Two-Generation Pilot Program Improves Young Parents’ Education, Employment, Personal Growth, and Parenting
The Chicago Young Parents Program (CYPP) is a two-generation program for parents ages 16-24 with children in Head Start or Early Head Start that combines youth employment and mentoring with comprehensive Head Start programming for participants’ children and their families. CYPP was designed to improve parenting, personal growth, and family self-sufficiency by supporting education and employment. Chapin Hall conducted three studies of CYPP, and this is the final study.
What We Did
Researchers assessed the three-year pilot through a mixed-methods implementation and outcomes evaluation. Data sources included administrative program data, surveys, interviews, and focus groups. Both program participants and mentors were interviewed.
What We Found
CYPP participants showed progress in the three primary outcomes: education/employment, parenting skills, and personal growth.
- CYPP helped participants make progress towards or achieve their education and career goals. Mentors encouraged participants to establish and pursue their education and career goals, the job placement at Head Start centers provided work experience and training, and the Friday enrichment sessions provided practical advice and information. CYPP also helped some disengaged participants reengage with education.
- CYPP strengthened participants’ parenting skills, increasing parental responsiveness and the frequency of reading with their children. Parent-child interactions improved and parental distress decreased. Improvements in parenting were associated with greater self-efficacy and social support.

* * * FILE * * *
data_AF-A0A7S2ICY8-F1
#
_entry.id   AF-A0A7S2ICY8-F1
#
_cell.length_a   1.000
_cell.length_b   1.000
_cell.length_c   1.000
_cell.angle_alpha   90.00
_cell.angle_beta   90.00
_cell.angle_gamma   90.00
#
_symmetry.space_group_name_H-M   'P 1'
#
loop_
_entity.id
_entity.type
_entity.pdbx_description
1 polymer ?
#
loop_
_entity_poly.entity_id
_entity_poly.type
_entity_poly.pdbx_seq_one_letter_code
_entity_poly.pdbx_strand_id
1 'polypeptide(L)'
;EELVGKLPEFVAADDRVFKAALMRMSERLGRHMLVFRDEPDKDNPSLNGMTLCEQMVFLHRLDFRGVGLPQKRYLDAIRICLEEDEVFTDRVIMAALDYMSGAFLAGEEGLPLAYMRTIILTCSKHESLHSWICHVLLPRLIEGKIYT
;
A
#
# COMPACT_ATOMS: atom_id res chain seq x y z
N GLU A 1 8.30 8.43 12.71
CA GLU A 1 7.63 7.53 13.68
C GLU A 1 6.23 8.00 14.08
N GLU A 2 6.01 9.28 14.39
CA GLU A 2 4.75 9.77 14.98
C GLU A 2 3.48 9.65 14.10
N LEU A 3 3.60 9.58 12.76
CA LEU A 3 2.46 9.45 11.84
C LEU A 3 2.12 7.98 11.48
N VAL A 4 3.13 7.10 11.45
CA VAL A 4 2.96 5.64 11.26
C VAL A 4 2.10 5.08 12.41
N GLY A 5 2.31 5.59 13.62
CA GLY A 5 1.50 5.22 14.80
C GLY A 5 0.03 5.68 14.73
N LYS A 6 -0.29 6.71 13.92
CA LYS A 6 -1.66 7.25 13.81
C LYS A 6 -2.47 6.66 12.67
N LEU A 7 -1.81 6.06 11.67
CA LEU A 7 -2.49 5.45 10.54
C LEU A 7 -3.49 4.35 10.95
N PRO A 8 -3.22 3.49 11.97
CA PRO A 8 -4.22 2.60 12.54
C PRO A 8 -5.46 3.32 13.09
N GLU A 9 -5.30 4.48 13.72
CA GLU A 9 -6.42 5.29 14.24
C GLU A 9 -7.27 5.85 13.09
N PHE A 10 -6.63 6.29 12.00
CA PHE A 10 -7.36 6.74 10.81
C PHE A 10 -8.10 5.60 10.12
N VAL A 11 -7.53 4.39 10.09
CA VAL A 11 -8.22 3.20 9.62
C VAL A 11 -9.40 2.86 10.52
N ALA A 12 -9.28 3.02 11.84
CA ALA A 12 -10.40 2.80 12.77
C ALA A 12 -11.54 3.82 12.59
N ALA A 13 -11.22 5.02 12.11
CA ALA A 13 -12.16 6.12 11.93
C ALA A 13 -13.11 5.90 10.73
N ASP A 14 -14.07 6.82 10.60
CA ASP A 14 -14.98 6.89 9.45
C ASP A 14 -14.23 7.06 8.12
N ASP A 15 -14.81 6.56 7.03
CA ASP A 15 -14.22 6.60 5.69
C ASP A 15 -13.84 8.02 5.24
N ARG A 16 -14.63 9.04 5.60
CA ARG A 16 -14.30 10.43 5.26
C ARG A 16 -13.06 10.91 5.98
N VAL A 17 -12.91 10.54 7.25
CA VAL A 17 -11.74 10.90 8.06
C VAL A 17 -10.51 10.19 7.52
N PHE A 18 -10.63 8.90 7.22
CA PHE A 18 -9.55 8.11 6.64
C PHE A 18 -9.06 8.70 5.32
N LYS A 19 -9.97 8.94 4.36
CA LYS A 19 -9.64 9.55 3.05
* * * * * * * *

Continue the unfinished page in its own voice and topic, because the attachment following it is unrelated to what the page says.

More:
- Participants experienced personal growth during CYPP. Working in the Head Start centers, Friday enrichment sessions, and home visits helped them become more patient and boosted their sense of self-efficacy. Friday enrichment sessions also created a sense of social support with the other participants, which facilitated emotion regulation and stress reduction.
- Participants who were progressing towards or met their educational goal showed greater improvement in generalized self-efficacy, emotional awareness, and parent-child interactions than those who did not enroll in school or were in danger of dropping out.
- Mentors helped participants identify their goals and assisted with strategies to make progress towards those goals, maintained participant engagement with the program, and connected participants with resources.
What It Means
CYPP addressed the specific challenges facing young parents of young children in low-income households. The program components were interconnected: each program component seemed to influence multiple outcomes, and each outcome was influenced by multiple program components. The mentorship role was key to the success of CYPP, as the mentors facilitated participant engagement with all program components. Findings indicate that CYPP is an effective two-generation program that could improve circumstances in low-income families with young children, supporting long-term family well-being and self-sufficiency across generations and ultimately improving communities.